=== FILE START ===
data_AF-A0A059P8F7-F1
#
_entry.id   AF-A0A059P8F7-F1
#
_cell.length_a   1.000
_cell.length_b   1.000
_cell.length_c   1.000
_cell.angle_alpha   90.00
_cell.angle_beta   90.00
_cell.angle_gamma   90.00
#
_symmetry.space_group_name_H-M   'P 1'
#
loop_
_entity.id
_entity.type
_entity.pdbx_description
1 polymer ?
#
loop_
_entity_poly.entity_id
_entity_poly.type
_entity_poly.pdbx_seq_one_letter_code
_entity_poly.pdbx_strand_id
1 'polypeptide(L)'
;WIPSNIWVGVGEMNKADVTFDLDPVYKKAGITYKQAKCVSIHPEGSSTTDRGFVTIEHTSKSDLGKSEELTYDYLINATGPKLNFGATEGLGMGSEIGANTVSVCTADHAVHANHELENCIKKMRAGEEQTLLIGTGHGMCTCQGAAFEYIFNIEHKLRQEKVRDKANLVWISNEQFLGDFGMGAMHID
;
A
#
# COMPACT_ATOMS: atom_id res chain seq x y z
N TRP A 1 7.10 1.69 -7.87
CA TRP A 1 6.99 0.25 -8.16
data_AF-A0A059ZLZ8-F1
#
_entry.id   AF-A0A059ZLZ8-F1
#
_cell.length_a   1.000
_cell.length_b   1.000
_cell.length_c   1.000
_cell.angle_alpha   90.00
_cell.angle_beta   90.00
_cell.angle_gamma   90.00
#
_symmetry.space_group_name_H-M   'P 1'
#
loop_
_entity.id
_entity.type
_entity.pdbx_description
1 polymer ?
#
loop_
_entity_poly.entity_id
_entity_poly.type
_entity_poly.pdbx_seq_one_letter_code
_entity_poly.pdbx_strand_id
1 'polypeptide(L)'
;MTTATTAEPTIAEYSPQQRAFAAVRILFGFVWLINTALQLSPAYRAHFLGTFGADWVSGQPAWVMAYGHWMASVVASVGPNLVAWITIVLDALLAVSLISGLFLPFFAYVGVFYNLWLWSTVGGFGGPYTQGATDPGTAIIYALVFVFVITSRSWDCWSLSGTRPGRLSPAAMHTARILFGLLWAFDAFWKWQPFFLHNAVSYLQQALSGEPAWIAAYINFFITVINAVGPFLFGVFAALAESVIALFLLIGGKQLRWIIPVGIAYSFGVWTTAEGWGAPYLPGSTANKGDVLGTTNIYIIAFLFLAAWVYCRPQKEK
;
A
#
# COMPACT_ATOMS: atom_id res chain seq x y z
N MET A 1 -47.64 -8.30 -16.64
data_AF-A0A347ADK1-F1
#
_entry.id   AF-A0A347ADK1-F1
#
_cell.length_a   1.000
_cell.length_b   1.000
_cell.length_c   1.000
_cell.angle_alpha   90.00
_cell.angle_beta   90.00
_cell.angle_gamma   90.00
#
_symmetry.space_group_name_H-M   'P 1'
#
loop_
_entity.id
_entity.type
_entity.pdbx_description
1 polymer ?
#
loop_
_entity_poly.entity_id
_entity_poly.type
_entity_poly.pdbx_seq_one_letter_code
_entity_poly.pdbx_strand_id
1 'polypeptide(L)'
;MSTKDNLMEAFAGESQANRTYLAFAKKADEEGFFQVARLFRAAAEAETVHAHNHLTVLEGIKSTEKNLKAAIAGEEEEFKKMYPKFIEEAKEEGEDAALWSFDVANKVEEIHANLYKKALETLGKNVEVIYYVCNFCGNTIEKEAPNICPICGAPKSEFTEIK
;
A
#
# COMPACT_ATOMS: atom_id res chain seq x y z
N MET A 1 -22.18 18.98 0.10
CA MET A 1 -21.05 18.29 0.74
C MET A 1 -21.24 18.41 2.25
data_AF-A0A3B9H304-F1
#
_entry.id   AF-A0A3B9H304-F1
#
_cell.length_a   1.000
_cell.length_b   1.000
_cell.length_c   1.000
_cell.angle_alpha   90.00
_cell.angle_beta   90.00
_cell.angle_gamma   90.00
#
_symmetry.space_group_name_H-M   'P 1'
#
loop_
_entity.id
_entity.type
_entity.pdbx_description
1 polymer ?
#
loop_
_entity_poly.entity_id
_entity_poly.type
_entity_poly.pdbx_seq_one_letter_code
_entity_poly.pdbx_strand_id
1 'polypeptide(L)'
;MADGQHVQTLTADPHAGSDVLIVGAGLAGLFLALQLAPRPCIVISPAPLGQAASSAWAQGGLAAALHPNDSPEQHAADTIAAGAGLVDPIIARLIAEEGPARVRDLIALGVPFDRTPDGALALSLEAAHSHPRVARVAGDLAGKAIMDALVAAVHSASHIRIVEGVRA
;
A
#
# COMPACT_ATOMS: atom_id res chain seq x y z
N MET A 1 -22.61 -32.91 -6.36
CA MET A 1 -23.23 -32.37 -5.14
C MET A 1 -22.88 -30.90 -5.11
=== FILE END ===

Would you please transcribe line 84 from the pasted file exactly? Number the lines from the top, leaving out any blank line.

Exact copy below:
_entity_poly.entity_id